CÂU HỎI ĐIỀN VÀO ĐOẠN TÓM TẮT KHÔNG CÓ HỘP TỪ – BÀI TẬP 1
Dressed to Dazzle
As high-tech materials invade high-street fashion, prepare for clothes that are cooler than silk and warmer than wool, keep insects at arm’s length, and emit many pinpricks of coloured light.
The convergence of fashion and high technology is leading to new kinds of fibres, fabrics and coatings that are imbuing clothing with equally wondrous powers. Corpe Nove, an Italian fashion company, has made a prototype shirt that shortens its sleeves when room temperature rises and can be ironed with a hairdryer. And at Nexia Biotechnologies, a Canadian firm, scientists have caused a stir by manufacturing spider silk from the milk of genetically engineered goats. Not surprisingly, some industry analysts think high-tech materials may soon influence fashion more profoundly than any individual designer.
A big impact is already being made at the molecular level. Nano-Tex, a subsidiary of American textiles maker Burlington, markets a portfolio of nanotechnologies that can make fabrics more durable, comfortable, wrinkle-free and stain-resistant. The notion of this technology posing a threat to the future of the clothing industry clearly does not worry popular fashion outlets such as Gap, Levi Strauss and Lands’ End, all of which employ Nano-Tex’s products. Meanwhile, Schoeller Textil in Germany, whose clients include famous designers Donna Karan and Polo Ralph Lauren, uses nanotechnology to create fabrics that can store or release heat.
Sensory Perception Technologies (Spn embodies an entirely different application of nanotechnology. Created in 2003 by Quest International, a flavour and fragrance company, and Woolmark, a wool textile organisation, SPT is a new technique of embedding chemicals into fabric. Though not the first of this type, SPT’s durability (evidently the microcapsule containing the chemicals can survive up to 30 washes) suggests an interesting future. Designers could incorporate signature scents into their collections. Sportswear could be impregnated with anti-perspirant. Hayfever sufferers might find relief by pulling on a T-shirt, and so on.
The loudest buzz now surrounds polylactic acid (PLA) fibres – and, in particular, one brand-named Ingeo. Developed by Cargill Dow, it is the first man-made fibre derived from a 100% annually renewable resource. This is currently maize (corn), though in theory any fermentable plant material, even potato peelings, can be used. In performance terms, the attraction for the 30-plus clothes makers signed up to use Ingeo lies in its superiority over polyester (which it was designed to replace).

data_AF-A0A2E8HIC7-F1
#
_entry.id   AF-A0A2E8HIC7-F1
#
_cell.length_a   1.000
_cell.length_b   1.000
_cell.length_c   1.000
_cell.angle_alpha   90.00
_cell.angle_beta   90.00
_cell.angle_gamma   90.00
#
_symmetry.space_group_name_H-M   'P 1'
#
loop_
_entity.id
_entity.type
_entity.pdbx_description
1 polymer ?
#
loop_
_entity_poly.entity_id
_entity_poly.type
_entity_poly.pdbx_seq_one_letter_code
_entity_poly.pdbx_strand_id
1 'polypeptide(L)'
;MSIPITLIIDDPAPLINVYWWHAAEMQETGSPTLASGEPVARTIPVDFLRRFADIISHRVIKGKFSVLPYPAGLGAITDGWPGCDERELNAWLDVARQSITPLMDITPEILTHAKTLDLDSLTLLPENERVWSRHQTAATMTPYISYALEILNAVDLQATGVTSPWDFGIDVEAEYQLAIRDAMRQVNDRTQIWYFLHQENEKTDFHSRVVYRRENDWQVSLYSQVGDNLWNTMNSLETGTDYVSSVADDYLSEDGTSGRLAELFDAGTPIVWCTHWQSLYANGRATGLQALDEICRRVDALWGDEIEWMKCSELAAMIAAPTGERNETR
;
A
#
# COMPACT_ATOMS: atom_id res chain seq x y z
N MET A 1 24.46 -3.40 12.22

As Philippa Watkins, a textiles specialist, notes, Ingeo is not a visual trend. Unlike nanotechnology, which promises to ‘transform what clothes can do, Ingeo’s impact on fashion will derive instead from its emphasis on using natural sustainable resources. Could wearing synthetic fabrics made from polluting and non-renewable fossil fuels become as uncool as slipping on a coat made from animal fur? Consumers should expect a much wider choice of ‘green’ fabrics. Alongside PLA fibres, firms are investigating plants such as bamboo, seaweed, nettles and banana stalks as raw materials for textiles. Soya bean fibre is also gaining ground. Harvested in China and spun in Europe, the fabric is a better absorber and ventilator than silk, and retains heat better than wool.
Elsewhere, fashion houses – among them Ermenegildo Zegna, Paul Smith and DKNY – are combining fashion with electronics. Clunky earlier attempts Involved attaching electronic components to the fabrics after the normal weaving process. But companies such as SOFTswitch have developed electro-conductive fabrics that behave in similar ways to conventional textiles.
Could electronic garments one day change colour or pattern? A hint of what could be achieved is offered by Luminex, a joint venture between Stabio Textile and Caen. Made of woven optical fibres and powered by a small battery, Luminex fabric emits thousands of pinpricks of light, the colour of which can be varied. Costumes made of the fabric wowed audiences at a production of the opera Aida in Washington, DC, last year.
Yet this ultimate of ambitions has remained elusive in daily fashion, largely because electronic textiles capable of such wizardry are still too fragile to wear. Margaret Orth, whose firm International Fashion Machines makes a colour-changing fabric, believes the capability is a decade or two away. Accessories with this chameleon-like capacity – for instance, a handbag that alters its colour – are more likely to appear first.
FREE ONLINE COURSES